Diurnal temperature range and childhood asthma : a time-series study
BACKGROUND: Hot and cold temperatures have been associated with childhood asthma. However, the relationship between daily temperature variation and childhood asthma is not well understood. This study aimed to examine the relationship between diurnal temperature range (DTR) and childhood asthma.
METHODS: A Poisson generalized linear model combined with a distributed lag non-linear model was used to examine the relationship between DTR and emergency department admissions for childhood asthma in Brisbane, from January 1st 2003 to December 31st 2009.
RESULTS: There was a statistically significant relationship between DTR and childhood asthma. The DTR effect on childhood asthma increased above a DTR of 10[degree sign]C. The effect of DTR on childhood asthma was the greatest for lag 0--9 days, with a 31% (95% confidence interval: 11% -- 58%) increase of emergency department admissions per 5[degree sign]C increment of DTR. Male children and children aged 5--9 years appeared to be more vulnerable to the DTR effect than others.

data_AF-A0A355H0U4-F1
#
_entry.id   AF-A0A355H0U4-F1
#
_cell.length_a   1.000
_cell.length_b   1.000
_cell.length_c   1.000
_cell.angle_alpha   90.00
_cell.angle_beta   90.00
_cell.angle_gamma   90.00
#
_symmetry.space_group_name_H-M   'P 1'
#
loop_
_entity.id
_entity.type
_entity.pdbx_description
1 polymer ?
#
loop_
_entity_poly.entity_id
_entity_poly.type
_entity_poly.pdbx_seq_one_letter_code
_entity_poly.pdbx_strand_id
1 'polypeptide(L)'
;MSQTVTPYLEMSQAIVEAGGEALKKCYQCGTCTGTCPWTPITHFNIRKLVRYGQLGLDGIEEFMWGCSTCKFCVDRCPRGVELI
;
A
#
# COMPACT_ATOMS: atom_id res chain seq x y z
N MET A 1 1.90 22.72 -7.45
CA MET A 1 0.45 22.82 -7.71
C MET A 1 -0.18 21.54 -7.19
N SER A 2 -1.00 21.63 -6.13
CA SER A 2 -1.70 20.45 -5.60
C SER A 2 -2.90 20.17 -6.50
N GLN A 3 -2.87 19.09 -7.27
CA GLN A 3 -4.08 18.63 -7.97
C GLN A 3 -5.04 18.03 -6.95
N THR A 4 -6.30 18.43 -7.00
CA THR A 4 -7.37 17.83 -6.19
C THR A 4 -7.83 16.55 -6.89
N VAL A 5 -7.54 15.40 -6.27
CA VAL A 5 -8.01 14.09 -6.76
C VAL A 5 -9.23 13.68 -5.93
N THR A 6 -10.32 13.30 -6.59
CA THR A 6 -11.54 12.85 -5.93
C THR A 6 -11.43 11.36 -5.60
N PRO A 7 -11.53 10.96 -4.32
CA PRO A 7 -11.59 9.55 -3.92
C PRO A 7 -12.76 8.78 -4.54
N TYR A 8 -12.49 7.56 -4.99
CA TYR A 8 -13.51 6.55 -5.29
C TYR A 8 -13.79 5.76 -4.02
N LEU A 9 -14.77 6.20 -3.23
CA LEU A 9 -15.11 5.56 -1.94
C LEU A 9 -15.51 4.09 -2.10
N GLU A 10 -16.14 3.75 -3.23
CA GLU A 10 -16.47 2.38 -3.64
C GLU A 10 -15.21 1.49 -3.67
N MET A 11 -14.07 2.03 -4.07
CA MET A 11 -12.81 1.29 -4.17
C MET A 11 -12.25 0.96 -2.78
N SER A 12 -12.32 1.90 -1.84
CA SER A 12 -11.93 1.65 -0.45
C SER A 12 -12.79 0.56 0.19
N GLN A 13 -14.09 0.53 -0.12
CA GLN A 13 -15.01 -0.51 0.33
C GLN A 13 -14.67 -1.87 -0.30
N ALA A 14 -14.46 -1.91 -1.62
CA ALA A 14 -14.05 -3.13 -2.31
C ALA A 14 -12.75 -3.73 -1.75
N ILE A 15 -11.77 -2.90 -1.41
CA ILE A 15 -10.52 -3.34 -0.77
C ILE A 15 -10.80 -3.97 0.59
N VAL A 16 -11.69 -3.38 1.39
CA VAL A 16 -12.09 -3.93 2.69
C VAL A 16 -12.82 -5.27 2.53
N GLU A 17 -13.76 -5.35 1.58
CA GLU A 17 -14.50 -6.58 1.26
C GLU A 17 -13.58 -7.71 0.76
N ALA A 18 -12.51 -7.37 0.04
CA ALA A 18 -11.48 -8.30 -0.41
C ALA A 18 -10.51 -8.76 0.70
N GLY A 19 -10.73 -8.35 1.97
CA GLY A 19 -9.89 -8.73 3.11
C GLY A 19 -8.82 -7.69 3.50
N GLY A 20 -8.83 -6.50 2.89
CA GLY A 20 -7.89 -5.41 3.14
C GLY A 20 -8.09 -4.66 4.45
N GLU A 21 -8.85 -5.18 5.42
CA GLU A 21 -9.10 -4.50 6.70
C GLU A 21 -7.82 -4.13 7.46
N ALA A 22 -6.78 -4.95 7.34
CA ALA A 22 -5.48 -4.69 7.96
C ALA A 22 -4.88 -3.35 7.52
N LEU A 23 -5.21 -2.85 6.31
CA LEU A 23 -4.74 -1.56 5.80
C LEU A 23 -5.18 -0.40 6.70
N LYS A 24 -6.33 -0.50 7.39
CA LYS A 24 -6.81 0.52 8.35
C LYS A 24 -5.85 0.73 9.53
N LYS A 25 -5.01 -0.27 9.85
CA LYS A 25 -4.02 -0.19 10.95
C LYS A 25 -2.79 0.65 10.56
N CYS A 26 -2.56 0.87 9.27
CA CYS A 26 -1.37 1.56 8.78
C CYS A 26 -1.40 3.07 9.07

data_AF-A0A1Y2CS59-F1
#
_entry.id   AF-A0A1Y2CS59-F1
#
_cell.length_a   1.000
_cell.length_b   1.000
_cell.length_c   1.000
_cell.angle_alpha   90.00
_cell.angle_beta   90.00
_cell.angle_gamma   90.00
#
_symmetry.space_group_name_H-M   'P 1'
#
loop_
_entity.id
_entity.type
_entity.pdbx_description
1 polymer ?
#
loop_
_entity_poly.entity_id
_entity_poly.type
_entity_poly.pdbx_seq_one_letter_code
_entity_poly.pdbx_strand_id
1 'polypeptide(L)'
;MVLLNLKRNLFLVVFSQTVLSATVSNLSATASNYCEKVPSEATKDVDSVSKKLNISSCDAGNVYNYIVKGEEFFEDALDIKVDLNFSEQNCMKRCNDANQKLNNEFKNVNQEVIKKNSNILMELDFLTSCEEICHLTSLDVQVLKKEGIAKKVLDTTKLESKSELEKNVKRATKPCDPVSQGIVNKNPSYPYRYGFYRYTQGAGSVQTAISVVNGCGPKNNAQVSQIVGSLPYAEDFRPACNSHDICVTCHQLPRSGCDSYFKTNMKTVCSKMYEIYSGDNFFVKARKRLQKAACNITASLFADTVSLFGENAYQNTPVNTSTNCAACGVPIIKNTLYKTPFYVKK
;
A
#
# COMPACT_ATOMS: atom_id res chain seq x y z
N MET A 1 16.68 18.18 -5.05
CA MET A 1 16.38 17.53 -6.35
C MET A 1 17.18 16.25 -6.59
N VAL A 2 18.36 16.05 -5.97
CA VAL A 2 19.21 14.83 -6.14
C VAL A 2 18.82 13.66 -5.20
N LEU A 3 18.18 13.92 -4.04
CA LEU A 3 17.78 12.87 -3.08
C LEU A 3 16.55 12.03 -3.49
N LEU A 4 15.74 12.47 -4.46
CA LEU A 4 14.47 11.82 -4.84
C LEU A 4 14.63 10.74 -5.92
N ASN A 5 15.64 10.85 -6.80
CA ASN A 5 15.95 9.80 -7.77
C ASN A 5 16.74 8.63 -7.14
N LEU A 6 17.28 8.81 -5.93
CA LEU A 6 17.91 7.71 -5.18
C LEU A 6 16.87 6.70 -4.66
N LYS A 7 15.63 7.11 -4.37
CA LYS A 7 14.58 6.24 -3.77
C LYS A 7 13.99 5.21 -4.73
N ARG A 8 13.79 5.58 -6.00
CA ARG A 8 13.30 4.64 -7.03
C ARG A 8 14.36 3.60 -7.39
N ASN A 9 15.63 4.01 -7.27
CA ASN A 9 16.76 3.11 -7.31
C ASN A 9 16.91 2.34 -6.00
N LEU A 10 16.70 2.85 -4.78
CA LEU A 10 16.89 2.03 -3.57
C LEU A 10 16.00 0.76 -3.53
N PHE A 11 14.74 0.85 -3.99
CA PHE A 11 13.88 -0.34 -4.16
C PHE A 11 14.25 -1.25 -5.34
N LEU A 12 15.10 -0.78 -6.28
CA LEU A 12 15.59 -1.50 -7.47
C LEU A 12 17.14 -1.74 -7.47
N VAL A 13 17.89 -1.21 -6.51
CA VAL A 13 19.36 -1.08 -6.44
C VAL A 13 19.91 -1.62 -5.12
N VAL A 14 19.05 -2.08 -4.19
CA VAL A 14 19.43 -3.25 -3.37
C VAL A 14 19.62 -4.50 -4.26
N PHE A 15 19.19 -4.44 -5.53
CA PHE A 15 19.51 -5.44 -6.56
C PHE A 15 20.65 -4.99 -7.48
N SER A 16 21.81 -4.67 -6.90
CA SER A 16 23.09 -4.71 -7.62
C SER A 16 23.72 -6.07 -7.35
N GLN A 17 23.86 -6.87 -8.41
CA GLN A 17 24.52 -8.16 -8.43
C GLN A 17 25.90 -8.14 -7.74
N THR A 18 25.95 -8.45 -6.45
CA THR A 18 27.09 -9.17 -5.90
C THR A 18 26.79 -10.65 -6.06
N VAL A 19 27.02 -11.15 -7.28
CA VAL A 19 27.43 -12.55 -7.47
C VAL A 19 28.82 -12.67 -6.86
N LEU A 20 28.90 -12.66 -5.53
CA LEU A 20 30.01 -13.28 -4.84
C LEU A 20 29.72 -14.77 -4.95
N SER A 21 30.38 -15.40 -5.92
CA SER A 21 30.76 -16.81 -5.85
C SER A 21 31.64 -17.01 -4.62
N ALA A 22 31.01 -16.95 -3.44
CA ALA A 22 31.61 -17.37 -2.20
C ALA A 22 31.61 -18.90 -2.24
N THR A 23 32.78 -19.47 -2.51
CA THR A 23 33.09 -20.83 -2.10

CONCLUSIONS: Large DTR may trigger childhood asthma. Future measures to control and prevent childhood asthma should include taking temperature variability into account. More protective measures should be taken after a day of DTR above10[degree sign]C.
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|Item Type:||Journal Article|
|Subjects:||Australian and New Zealand Standard Research Classification > MEDICAL AND HEALTH SCIENCES (110000) > PAEDIATRICS AND REPRODUCTIVE MEDICINE (111400)
Australian and New Zealand Standard Research Classification > MEDICAL AND HEALTH SCIENCES (110000) > PUBLIC HEALTH AND HEALTH SERVICES (111700) > Environmental and Occupational Health and Safety (111705)
|Divisions:||Current > QUT Faculties and Divisions > Faculty of Health
Current > Institutes > Institute of Health and Biomedical Innovation
Current > Schools > School of Public Health & Social Work
|Deposited On:||06 Mar 2013 23:46|
|Last Modified:||18 Sep 2013 03:32|
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